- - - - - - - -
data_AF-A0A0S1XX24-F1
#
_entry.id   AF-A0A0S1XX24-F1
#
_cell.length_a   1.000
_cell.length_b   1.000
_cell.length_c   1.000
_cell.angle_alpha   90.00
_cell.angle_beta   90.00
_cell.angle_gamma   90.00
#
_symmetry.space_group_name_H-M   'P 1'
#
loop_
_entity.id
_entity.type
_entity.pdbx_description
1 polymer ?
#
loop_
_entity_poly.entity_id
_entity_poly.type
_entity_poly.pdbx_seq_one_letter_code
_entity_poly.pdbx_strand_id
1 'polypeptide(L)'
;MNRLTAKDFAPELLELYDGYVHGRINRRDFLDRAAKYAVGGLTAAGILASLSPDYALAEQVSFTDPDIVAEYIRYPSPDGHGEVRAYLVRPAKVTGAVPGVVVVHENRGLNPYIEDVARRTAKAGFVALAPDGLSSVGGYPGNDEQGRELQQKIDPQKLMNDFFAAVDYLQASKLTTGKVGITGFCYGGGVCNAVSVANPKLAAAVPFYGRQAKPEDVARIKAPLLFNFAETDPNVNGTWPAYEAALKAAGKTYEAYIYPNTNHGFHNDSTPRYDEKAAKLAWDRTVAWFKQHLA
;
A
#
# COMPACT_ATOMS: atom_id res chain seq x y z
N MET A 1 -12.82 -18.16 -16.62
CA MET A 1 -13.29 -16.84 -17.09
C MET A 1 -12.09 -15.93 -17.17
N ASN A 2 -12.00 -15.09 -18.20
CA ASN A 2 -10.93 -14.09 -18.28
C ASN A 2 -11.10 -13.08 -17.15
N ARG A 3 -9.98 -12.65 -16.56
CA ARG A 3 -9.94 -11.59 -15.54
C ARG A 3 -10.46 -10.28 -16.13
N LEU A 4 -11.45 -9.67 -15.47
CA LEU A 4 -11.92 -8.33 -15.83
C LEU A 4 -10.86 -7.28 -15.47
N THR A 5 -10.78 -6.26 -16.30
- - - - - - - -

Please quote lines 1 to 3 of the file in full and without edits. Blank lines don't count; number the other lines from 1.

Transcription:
data_AF-A0A0S1XX24-F1
#
_entry.id   AF-A0A0S1XX24-F1